Advertisement

Fighting to ‘Take Back Control’: The House of Lords and Brexit

  • Julie SmithEmail author
Chapter
Part of the European Administrative Governance book series (EAGOV)

Abstract

A key aspect of the campaign to leave the European Union (EU) was the chance to ‘take back control of our laws’. No longer would ‘Brussels’ tell the United Kingdom what to do, or so the narrative developed. The logic was that Parliament would regain powers that had been transferred to the EU over the course of half a century. Yet, when she sought to trigger Article 50, Prime Minister Theresa May initially tried to circumvent Parliament in an early sign that Brexit could mark an executive power grab. Only thanks to a court ruling was Parliament enabled to vote on the matter, prompting the first in a series of pieces of legislation on Brexit: the EU (Notification of Withdrawal) Act 2017. Complementing the chapters by Thompson and Yong and by Whitaker et al. in this volume, this chapter will explore the changing dynamics of Parliament-Executive relations in light of Brexit, focusing primarily on the role of the upper chamber—the House of Lords—where the Government does not have majority, thanks to the unusual methods of appointing peers, many of whom sit as Cross-benchers, outside the normal party system. It will look at the Government’s ability to get legislation through the Lords, with particular reference to the EU (Notification of Withdrawal) Act 2017 and the EU (Withdrawal) Act 2018.

Keywords

House of Lords Brexit Executive-Parliament relations EU (Notification of Withdrawal) Act 2017 EU (Withdrawal) Act 2018 

References

  1. Bagehot, W. (2001). The English Constitution. Edited with an Introduction and Notes by Miles Taylor. Oxford: Oxford University Press.Google Scholar
  2. Bogdanor, V. (2009). The New British Constitution. Oxford/Portland: Hart Publishing.Google Scholar
  3. Brusenbauch Meislova, M. (2019). The European Parliament in the Brexit Process: Leading Role, Supporting Role or just a Small Cameo? In T. Christiansen & D. Fromage (Eds.), Brexit and Democracy: The Role of Parliaments in the UK and the European Union. London: Palgrave Macmillan.Google Scholar
  4. Daily Mail Comment. (2018, May 10). How Brussels Must Be Chortling as These Traitors in Ermine Betray 17.4 Million Voters. Daily Mail, p. 18.Google Scholar
  5. House of Lords. (2011). Library Note, ‘House of Lords Reform: Chronology 1900–2010’, LLN 2011/025. London: House of Lords.Google Scholar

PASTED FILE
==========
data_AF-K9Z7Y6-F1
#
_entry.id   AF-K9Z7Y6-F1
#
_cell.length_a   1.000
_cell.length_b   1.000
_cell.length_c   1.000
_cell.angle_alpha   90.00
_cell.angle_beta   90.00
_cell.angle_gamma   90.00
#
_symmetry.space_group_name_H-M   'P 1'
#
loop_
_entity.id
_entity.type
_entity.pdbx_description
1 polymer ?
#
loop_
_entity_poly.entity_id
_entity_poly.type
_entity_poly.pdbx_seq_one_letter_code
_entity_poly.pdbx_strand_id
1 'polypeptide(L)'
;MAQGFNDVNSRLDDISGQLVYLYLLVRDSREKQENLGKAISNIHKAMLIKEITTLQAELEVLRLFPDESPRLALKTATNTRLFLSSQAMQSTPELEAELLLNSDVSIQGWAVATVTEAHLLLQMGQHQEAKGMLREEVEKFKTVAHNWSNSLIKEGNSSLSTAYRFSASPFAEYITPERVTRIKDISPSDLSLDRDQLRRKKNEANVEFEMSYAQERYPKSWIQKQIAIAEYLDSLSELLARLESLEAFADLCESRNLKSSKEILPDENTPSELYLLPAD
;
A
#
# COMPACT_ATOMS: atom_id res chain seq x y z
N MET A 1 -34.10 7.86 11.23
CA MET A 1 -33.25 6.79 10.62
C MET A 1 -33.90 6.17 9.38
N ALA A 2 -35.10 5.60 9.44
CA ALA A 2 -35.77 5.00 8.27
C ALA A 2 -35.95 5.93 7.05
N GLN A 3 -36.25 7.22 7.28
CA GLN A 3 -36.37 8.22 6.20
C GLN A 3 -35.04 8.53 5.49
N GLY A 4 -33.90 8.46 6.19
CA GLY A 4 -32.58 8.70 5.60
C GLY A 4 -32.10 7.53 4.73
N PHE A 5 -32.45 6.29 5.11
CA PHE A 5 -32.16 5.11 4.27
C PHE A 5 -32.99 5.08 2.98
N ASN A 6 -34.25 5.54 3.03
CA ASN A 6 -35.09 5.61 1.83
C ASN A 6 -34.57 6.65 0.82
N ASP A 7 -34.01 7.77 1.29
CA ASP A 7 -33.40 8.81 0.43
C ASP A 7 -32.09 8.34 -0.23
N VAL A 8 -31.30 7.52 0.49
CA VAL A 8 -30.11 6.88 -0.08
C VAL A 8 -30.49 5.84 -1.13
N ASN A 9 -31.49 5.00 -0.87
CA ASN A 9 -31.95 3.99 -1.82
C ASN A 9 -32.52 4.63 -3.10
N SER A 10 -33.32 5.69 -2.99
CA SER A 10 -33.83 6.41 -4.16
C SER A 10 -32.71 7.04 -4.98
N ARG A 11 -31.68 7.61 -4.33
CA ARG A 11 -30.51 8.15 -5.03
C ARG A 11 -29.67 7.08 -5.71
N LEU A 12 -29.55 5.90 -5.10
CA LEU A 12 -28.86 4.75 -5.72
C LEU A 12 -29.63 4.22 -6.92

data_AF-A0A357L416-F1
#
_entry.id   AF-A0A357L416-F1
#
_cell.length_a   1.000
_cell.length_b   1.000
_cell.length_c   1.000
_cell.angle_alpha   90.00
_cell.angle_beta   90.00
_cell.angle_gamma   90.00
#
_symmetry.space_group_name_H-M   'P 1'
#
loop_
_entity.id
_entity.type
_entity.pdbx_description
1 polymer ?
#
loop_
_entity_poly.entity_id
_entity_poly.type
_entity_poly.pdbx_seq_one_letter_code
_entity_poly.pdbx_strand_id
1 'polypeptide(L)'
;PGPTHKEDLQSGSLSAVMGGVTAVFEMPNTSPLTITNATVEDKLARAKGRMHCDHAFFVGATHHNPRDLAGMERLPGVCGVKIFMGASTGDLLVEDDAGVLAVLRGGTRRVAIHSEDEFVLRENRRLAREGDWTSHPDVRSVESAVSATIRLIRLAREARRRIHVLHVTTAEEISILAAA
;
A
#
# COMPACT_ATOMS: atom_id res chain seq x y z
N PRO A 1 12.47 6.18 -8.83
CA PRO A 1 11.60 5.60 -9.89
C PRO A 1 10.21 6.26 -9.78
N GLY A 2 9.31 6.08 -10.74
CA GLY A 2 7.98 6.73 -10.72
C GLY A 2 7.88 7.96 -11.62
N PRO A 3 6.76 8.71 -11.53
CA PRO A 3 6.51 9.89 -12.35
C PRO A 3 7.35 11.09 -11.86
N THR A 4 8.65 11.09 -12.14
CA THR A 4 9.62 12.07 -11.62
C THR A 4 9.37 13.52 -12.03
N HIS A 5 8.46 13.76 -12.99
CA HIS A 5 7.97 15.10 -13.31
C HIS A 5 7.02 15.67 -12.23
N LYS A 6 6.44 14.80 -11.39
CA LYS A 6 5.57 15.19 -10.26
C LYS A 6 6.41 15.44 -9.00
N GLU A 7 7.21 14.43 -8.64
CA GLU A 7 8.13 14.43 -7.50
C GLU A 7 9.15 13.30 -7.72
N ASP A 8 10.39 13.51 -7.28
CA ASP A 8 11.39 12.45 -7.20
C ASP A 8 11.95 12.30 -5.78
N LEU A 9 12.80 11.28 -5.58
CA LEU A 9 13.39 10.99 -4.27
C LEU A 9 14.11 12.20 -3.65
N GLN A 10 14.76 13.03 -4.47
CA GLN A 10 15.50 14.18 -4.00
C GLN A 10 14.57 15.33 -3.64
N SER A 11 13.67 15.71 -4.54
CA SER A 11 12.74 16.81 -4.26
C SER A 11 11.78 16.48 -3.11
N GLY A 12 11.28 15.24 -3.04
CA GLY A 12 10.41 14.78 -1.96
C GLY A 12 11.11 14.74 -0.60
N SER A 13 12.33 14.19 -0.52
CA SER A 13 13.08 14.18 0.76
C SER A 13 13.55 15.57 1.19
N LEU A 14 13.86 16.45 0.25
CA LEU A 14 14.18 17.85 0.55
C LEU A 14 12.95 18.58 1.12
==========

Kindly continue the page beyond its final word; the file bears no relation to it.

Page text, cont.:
6. House of Lords. (2017). Library Note, ‘History of the House of Lords: A Short Introduction’, LLN 2017/020. London: House of Lords.Google Scholar
  7. Huff, A., & Smith, J. (2015). Westminster and the European Union: Ever-Increasing Scepticism? In C. Hefftler et al. (Eds.), The Palgrave Handbook of National Parliaments and the European Union (pp. 312–331). Basingstoke: Palgrave Macmillan.Google Scholar
  8. Letts, Q. (2018, May 10). The Lords Who Loathe Democracy. Daily Mail, pp. 19, 20.Google Scholar
  9. Lister, S. (2017, March 7). Theresa May Sacks Michael Heseltine as Government Adviser over Brexit Rebellion. Independent. Available at https://www.independent.co.uk/news/uk/politics/theresa-may-lord-heseltine-government-adviser-Brexit-rebellion-house-of-lords-a7617191.htm/. Last accessed 20 Jan 2019.
  10. Lynch, P., Whitaker, R., & Cygan, A. (2019). Brexit and the UK Parliament: Challenges and Opportunities. In T. Christiansen & D. Fromage (Eds.), Brexit and Democracy: The Role of Parliaments in the UK and the European Union. London: Palgrave Macmillan.Google Scholar
  11. New Statesman. (2018, May 10). Tory Brexiteers Are Raging Against the House of Lords – Six Years Ago They Voted to Keep It. Available at www.newstatesman.com/. Last accessed 2 June 2018.
  12. Smith, J. (2015). Europe. In A. Seldon & M. Finn (Eds.), The Coalition Effect (pp. 370–396). Cambridge: CUP.Google Scholar
  13. Smith, J. (2017a). The UK’s Journeys into and Out of the EU: Destinations Unknown. London: Routledge.Google Scholar
  14. Smith, J. (2017b). National Parliaments and the European Union – A View from Westminster. In D. Jančič (Ed.), National Parliaments After the Lisbon Treaty and the Euro Crisis – Resilience or Resignation (pp. 77–95). Oxford: Oxford University Press.CrossRefGoogle Scholar
  15. Stevens, J. (2018, May 10). It’s Time to Pull Plug on the Lords. Daily Mail, p. 1.Google Scholar
  16. Taylor, M. (2001), ‘Introduction’ to Bagehot (2001), pp. vii–xxix.Google Scholar
  17. Thompson, L., & Yong, B. (2019). What Do We Mean by Parliamentary Scrutiny of Brexit? A View from the House of Commons. In T. Christiansen & D. Fromage (Eds.), Brexit and Democracy: The Role of Parliaments in the UK and the European Union. London: Palgrave Macmillan.Google Scholar

Copyright information

© The Author(s) 2019

Authors and Affiliations

  1. 1.University of CambridgeCambridgeUK

Personalised recommendations